Problems with cash flow are a killer in small business. I would imagine that if you asked 10 business owners what their greatest concern is, 7 of them would say Cash Flow. If you asked the same 10 what they think causes most business failures, you will also hear some version of, “not enough money – not enough cash.”
Even though most would answer this way, very few of them have a good reliable way to project and manage cash flow.
Part of the problem is that Cash flow statements while helpful are historical reports – they are lagging indicators. How do you create a forward-looking system to anticipate cash flows? Well you need to set up a projected cash flow tool in a spreadsheet as follows. Set it up so that you can plug in your projections into the foreseeable future.
Projected Cash Receipts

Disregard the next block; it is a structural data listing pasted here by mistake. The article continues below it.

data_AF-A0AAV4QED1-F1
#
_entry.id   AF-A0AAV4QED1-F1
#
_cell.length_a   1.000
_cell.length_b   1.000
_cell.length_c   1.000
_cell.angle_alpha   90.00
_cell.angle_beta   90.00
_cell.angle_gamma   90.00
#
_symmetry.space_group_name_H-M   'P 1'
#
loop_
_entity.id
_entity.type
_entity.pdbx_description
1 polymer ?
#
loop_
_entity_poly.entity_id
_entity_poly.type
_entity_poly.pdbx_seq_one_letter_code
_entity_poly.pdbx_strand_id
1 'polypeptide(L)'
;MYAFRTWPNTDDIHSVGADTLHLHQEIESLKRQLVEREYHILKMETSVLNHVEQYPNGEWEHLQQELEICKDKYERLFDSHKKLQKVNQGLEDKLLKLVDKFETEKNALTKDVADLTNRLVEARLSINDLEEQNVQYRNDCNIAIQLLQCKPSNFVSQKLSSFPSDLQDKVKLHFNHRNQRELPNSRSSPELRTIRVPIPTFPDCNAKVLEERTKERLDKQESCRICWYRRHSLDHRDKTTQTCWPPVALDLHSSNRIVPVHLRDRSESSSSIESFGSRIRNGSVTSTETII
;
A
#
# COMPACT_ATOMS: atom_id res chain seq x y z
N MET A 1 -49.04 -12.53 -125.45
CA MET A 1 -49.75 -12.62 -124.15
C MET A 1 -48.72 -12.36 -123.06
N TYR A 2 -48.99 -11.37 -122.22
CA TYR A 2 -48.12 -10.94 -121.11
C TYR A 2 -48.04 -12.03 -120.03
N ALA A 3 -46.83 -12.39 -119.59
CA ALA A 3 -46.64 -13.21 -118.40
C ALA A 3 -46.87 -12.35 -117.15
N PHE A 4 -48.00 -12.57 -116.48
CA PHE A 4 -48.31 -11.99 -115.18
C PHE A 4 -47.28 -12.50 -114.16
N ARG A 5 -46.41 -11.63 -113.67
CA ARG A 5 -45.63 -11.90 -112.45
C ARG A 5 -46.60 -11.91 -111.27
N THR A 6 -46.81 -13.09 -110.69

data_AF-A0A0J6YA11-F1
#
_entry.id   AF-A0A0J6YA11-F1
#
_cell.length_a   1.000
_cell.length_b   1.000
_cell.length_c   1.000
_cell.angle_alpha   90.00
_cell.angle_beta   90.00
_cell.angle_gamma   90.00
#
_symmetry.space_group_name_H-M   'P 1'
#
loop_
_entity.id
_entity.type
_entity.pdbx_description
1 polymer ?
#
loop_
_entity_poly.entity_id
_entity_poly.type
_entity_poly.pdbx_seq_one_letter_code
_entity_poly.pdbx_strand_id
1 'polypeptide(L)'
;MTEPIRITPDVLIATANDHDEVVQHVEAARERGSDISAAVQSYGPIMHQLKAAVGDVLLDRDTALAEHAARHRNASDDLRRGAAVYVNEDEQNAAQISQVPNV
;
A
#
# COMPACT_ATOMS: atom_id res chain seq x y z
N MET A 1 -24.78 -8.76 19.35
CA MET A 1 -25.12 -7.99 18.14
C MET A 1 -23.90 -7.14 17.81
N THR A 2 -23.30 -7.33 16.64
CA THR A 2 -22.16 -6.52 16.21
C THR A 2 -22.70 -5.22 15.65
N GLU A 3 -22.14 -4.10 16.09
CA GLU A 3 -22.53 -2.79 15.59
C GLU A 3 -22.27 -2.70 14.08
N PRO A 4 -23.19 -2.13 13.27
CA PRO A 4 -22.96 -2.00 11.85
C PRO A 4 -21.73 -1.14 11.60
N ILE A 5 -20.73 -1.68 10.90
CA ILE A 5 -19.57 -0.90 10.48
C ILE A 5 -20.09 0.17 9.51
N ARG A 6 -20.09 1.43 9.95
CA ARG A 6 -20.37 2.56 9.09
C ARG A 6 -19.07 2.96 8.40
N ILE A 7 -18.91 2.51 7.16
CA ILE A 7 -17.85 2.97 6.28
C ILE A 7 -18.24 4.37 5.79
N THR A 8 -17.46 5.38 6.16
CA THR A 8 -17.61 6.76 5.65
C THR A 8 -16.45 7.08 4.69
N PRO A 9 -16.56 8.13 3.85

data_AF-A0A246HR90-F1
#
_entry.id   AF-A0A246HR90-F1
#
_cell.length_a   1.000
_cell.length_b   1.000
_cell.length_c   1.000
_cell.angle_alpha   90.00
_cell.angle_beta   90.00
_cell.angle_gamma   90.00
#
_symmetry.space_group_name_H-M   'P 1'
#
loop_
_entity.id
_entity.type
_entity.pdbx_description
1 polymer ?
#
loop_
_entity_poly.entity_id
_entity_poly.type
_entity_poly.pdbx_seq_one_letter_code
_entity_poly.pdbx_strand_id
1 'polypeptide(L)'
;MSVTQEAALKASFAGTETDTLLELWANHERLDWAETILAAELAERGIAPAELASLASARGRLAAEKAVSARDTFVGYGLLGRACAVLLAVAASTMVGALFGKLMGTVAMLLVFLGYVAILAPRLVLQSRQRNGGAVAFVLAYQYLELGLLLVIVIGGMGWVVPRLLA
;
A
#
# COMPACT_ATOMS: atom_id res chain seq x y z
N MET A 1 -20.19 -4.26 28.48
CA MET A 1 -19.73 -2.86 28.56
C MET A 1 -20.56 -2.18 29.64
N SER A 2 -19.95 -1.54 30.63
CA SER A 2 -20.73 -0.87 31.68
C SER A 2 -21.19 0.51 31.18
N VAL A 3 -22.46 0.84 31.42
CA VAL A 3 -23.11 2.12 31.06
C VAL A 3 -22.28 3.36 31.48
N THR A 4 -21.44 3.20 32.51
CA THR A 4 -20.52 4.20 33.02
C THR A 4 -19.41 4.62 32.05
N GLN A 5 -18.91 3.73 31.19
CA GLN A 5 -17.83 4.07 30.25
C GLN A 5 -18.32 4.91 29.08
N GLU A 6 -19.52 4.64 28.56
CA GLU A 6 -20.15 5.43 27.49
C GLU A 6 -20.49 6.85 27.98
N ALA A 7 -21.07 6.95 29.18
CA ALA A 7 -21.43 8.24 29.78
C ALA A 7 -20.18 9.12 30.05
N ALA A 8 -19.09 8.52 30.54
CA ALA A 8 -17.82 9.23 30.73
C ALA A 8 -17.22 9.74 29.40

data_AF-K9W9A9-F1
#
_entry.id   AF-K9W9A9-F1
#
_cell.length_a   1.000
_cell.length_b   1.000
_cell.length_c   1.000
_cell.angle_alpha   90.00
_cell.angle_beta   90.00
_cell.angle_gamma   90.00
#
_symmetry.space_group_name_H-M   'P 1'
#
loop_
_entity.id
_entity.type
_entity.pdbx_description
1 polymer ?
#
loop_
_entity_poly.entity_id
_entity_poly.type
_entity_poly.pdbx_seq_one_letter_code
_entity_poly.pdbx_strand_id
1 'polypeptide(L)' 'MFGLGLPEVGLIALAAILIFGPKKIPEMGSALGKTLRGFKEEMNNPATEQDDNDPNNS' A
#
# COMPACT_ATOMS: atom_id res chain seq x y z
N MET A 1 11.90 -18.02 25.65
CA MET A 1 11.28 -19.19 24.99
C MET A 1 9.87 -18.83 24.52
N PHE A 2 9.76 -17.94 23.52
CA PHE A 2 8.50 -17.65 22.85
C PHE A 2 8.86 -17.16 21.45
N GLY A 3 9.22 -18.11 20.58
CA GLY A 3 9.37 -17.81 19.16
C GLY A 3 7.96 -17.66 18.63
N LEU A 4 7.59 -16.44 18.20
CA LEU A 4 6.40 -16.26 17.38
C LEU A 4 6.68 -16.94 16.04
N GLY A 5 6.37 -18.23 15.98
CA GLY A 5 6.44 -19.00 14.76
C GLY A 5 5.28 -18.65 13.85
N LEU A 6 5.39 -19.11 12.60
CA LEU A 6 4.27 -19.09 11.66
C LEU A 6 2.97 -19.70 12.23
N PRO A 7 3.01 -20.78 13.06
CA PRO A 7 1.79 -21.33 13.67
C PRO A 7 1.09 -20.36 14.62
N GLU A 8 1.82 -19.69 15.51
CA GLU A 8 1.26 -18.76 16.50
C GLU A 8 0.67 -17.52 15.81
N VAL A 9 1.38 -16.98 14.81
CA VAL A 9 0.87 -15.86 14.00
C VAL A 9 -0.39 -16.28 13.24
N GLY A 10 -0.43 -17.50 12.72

– Projected Cash Expenditures for COGS
– Projected Cash Expenditures for Overhead
= Change in Cash from Operations
+Projected Change in Cash from Investment Activities (including capital expenditures for assets: +/-)
+ Projected Change in Cash from Financing Activities (including paid-in capital from owners/investors, distributions & principal payments: +/-)
= Total Projected Change in Cash (+/-)
+ previous month’s cash balance
= projected months cash balance
Be careful to use conservatism, round down on projected revenues and round up on expenses.
Other things to look at are, your quick ratio, your debt to equity ratio and your Days Cash figure. Days cash is your liquid assets divided by average daily overhead. I hope this helps you! To learn more about this enterprise skill, check out Business Kung Fu.